Bold Beans by Amelia Christie-Miller (Kyle Books £22, 192pp) and Nadiya’s Simple Spices by Nadiya Hussain (Michael Joseph £26, 240pp)


by Alexina Anatole (Square Peg £27, 240pp)

Writing in praise of bitterness may seem odd, but Masterchef finalist Alexina Anatole loves the ‘complexity, depth, dimension and nuance’ of bitter food. She proves her point with unusual dishes like burnt aubergine dip, chicory gratin, braised pork shoulder with ginger and liquorice, and a decadent bitter chocolate torte with passion fruit sauce. An excitingly original book.

Imad’s Syrian Kitchen 

by Imad Alarnab (HQ £26, 256pp)

The author of this heartfelt cookbook fled war-torn Syria in 2015 and now runs his own restaurant in London. Syrians ‘show their love through cooking’, and from mezze and dips to katif ghanam, a spiced lamb shoulder, and eawaama, doughnuts in date molasses, Imad Alarnab’s enticing recipes are suffused with nostalgia for the country he left behind.

Bitter by Alexina Anatole (Square Peg £27, 240pp) and Imad’s Syrian Kitchen by Imad Alarnab (HQ £26, 256pp)

The Art of Friday Night Dinner

by Eleanor Steafel (Bloomsbury £26, 288pp)

Passionate foodie Eleanor Steafel recommends celebrating the start of the weekend with sophisticated comfort food such as pork chops with quince butter, brown-butter mashed potatoes or a hot tahini fudge sundae. Interspersed with amusing accounts of her disastrous dates and a list of favourite cocktails, this is also a fun read — 20-somethings will love it.

A New Way to Bake

by Philip Khoury (Hardie Grant £30, 256pp)

The head pastry chef at Harrods, Philip Khoury shows off his considerable skill with sweet treats including silky extra-virgin olive oil cake, triple chocolate cake and a spicy sweet potato pie, as well as biscuits and buns. These delicious recipes are all vegan, with no eggs, butter or cream in sight — and the results are superb.

The Secret of Cooking

by Bee Wilson (4th Estate £28, 432pp) 

Aiming to make cooking ‘less of a drag and more of a joy’, this is full of delectable recipes. Best of all, though, are Wilson’s suggested shortcuts, her reassuring advice and her musings on how to be relaxed about your cooking. She writes so well that even a chapter devoted to carrots is gripping. An outstanding book.

The Art of Friday Night Dinner by Eleanor Steafel (Bloomsbury £26, 288pp) and The Secret of Cooking by Bee Wilson (4th Estate £28, 432pp)

James Martin’s Spanish Adventure

(Quadrille £27, 256pp)

There’s so much more to Spanish food than tapas, as TV chef James Martin demonstrates here. Travelling around Spain, he showcases dishes such as Seville escabeche mackerel, slow-cooked pork with Beluga lentils, and a classic burnt Basque cheesecake. A handsomely illustrated celebration of Spanish regional cooking at its best.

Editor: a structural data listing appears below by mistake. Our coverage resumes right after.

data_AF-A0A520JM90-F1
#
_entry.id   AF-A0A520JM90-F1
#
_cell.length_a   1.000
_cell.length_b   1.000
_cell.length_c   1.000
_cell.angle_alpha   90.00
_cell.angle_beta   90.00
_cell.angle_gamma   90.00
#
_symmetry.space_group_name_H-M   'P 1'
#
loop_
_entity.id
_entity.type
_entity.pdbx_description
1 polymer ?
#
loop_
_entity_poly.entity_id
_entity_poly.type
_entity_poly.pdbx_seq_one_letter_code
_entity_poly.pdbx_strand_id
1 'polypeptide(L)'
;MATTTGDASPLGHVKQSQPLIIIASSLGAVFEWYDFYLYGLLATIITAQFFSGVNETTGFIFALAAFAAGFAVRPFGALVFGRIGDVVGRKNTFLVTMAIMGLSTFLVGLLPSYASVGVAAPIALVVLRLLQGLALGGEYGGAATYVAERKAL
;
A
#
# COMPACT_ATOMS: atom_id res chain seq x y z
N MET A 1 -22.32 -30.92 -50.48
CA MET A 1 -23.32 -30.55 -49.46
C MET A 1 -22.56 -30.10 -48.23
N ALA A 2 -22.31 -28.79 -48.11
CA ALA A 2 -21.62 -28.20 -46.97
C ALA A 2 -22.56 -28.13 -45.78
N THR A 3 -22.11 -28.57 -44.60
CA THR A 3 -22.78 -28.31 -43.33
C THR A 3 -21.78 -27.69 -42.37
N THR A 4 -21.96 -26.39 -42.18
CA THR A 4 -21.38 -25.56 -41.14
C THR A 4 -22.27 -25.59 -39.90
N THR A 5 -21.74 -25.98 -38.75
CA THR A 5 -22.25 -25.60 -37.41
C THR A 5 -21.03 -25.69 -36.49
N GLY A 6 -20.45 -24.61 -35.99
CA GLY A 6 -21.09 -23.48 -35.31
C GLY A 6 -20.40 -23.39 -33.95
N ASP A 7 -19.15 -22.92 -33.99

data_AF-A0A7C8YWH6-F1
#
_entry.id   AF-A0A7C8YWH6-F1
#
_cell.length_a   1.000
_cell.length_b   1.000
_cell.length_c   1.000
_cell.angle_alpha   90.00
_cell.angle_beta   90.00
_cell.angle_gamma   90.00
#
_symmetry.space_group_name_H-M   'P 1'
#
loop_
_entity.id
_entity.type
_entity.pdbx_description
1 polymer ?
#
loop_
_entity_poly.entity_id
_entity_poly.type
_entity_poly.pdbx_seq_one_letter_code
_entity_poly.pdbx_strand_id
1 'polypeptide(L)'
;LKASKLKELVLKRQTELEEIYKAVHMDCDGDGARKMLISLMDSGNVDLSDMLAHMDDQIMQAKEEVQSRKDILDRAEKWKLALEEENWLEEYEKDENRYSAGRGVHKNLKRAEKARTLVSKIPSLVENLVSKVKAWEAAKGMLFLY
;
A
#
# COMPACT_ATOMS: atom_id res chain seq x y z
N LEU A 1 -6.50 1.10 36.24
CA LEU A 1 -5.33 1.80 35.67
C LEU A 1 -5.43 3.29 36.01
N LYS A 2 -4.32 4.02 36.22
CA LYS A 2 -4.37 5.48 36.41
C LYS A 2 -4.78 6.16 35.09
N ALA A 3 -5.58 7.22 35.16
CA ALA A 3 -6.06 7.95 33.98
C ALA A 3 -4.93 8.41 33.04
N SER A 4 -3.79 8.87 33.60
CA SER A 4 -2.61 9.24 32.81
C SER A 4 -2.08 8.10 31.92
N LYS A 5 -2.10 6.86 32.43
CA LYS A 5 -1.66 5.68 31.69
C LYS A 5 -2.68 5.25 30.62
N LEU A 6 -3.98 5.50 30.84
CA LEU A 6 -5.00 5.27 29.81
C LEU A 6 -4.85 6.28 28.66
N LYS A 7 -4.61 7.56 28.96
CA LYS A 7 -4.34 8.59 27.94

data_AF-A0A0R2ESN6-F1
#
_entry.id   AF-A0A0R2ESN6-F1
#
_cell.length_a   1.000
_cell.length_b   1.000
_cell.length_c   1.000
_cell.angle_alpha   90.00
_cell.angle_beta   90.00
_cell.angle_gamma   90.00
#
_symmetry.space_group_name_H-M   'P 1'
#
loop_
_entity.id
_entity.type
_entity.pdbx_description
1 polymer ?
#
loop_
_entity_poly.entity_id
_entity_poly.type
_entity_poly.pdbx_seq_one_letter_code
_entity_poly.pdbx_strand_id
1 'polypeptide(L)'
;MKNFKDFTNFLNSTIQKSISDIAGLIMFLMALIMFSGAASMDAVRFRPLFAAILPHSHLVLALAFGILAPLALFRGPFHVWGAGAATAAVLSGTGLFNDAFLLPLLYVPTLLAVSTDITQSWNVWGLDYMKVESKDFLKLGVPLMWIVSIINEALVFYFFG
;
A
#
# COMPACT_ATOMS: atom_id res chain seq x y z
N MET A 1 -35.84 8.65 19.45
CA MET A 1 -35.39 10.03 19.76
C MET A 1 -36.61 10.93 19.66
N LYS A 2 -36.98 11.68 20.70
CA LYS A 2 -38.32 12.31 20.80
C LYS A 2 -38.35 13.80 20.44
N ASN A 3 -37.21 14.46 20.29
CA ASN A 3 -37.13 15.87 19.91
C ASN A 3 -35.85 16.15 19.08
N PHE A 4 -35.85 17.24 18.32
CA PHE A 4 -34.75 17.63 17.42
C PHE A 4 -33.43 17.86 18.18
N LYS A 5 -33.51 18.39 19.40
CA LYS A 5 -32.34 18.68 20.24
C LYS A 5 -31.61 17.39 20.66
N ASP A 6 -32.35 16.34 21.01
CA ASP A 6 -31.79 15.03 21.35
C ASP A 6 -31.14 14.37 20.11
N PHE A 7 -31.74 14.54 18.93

Baking for Pleasure

by Ravneet Gill (Pavilion £26, 256pp)

These are the dishes that pastry chef and Junior Bake Off judge Ravneet Gill cooks for her family and friends. Her crowd-pleasing treats include a tiered celebration pavlova, brown butter and honey tart and rum and raisin pudding; there are also savoury bakes such as chicken and Marmite pie. This is the best kind of comfort food.

James Martin’s Spanish Adventure (Quadrille £27, 256pp) and Baking for Pleasure by Ravneet Gill (Pavilion £26, 256pp)


by Simon Bajada (Hardie Grant £26, 224pp)

Influenced by the cuisine of Sicily, North Africa and Greece, ­Malta’s food is based around fresh vegetables, seafood and pasta. With photos of the island and recipes for traditional dishes including spinach and tuna pie, whitebait fritters, stuffed artichokes and a zingy orange tart, this book offers a burst of pure ­Mediterranean warmth.


by Sabrina Ghayour (Aster £26, 240pp)

Known for her Persian-influenced cooking, Sabrina Ghayour has a knack for colourful, intensely flavoured, no-fuss recipes. There are some spectacular light dishes here, such as a harissa broccoli and black rice salad, plus heartier ones such as a layered vegetable and feta bake and lamb with tahini garlic yoghurt. Perfect for relaxed family suppers.

Vietnamese Vegetarian

by Uyen Luu (Hardie Grant £25, 224pp)

This beautifully produced book demystifies Vietnamese cooking with recipes for wontons and dumplings (you can buy ready-made wrappers for them), stir fries, curries, soups, stews and pancakes. Whether it’s the lemongrass noodle soup, vegetable curry puffs or mung bean dumplings in sweet ginger syrup, Luu’s recipes are full of delicious flavours and textures.

Malta by Simon Bajada (Hardie Grant £26, 224pp),  Flavour by Sabrina Ghayour (Aster £26, 240pp), and Vietnamese Vegetarian by Uyen Luu (Hardie Grant £25, 224pp)

Source: Read Full Article